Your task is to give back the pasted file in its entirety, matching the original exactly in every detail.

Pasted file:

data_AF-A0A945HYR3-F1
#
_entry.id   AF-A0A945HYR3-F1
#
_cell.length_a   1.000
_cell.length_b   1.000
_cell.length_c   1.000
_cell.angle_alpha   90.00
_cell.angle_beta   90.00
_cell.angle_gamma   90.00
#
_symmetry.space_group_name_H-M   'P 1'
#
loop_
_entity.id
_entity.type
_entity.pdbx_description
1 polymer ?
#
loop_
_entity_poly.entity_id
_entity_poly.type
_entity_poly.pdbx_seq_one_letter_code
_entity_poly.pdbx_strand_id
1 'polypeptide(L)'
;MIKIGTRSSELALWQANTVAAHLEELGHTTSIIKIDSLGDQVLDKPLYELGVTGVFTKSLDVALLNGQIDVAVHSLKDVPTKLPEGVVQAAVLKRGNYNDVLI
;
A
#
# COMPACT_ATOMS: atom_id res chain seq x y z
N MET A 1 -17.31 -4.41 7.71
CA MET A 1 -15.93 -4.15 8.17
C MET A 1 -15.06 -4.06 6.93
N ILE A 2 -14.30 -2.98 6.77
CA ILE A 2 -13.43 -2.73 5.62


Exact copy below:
data_AF-A0A945HYR3-F1
#
_entry.id   AF-A0A945HYR3-F1
#
_cell.length_a   1.000
_cell.length_b   1.000
_cell.length_c   1.000
_cell.angle_alpha   90.00
_cell.angle_beta   90.00
_cell.angle_gamma   90.00
#
_symmetry.space_group_name_H-M   'P 1'
#
loop_
_entity.id
_entity.type
_entity.pdbx_description
1 polymer ?
#
loop_
_entity_poly.entity_id
_entity_poly.type
_entity_poly.pdbx_seq_one_letter_code
_entity_poly.pdbx_strand_id
1 'polypeptide(L)'
;MIKIGTRSSELALWQANTVAAHLEELGHTTSIIKIDSLGDQVLDKPLYELGVTGVFTKSLDVALLNGQIDVAVHSLKDVPTKLPEGVVQAAVLKRGNYNDVLI
;
A
#
# COMPACT_ATOMS: atom_id res chain seq x y z
N MET A 1 -17.31 -4.41 7.71
CA MET A 1 -15.93 -4.15 8.17
C MET A 1 -15.06 -4.06 6.93
N ILE A 2 -14.30 -2.98 6.77
CA ILE A 2 -13.43 -2.73 5.62